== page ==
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Alpine folk music (German: Alpenländische Volksmusik; German's Volksmusik means "people's music" or as a Germanic connotative translation, "folk's music"[1]) is the common umbrella designation of a number of related styles of traditional folk music in the Alpine regions of Slovenia, Northern Croatia, Germany, Austria, Switzerland and South Tyrol (Italy).

It tends to be dialect-heavy and invokes local and regional lifestyles, cultures and traditions, particularly, those of the Alpine farmers and peasants.

Originally transmitted by oral tradition, the oldest historical records like the Appenzell Kuhreihen by Georg Rhau (1488–1548) date back to the 16th century. Alpine folk is characterized by improvisation and variation, uncomplicated major key melodies and simple harmonies. Typical instruments range from alpenhorns to hackbretts, zithers and acoustic guitars, and even violas and harmonicas. Harmonized singing is frequent, but other pieces may require yodeling, while instrumental arrangements are particularly frequent for fast dances or brass pieces.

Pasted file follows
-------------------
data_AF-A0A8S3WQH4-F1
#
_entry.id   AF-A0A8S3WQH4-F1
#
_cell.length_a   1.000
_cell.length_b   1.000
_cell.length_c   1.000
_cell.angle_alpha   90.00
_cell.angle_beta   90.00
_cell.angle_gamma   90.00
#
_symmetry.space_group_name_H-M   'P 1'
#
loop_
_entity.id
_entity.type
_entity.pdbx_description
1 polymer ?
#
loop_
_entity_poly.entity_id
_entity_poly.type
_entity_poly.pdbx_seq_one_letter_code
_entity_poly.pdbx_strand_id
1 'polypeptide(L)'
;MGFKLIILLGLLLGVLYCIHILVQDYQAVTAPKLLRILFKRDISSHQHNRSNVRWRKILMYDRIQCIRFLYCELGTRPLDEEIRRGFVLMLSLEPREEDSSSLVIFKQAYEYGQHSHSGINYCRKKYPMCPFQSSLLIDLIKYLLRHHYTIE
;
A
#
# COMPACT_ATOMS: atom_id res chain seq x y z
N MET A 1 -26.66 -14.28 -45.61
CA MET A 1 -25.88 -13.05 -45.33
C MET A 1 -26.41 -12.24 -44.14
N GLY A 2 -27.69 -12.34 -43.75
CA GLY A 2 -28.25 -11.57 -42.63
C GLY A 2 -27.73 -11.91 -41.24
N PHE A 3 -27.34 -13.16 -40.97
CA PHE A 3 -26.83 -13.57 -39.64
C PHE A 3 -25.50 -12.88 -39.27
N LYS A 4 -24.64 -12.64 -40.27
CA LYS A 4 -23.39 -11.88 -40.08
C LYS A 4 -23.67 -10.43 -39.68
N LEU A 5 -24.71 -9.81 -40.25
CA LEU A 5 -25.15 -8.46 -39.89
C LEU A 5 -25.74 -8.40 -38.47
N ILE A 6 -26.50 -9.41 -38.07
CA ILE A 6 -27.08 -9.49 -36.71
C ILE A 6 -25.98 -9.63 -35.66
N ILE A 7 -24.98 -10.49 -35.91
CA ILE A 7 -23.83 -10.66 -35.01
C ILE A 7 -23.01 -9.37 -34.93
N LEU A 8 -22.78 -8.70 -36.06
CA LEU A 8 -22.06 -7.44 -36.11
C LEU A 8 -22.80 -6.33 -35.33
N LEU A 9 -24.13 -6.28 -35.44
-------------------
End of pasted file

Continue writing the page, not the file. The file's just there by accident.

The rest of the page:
Alpine folk continues to be performed by many local ensembles and bands throughout the European Alps and should not be confused with Volkstümliche Musik, which is largely to be found in broadcasting media and on ancillary merchandise. Since the 1970s, artists of a Neue Volksmusik genre, such as Werner Pirchner or Biermösl Blosn, attempt to combine traditional styles with jazz, folk, electronic music, rock et al. as a kind of world music. Popular proponents include Hubert von Goisern, Attwenger and Christine Lauterburg.

See also

Bibliography

See also

References

  1. ^ "Folk music". Encyclopedia Britannica. Retrieved 2020-12-15.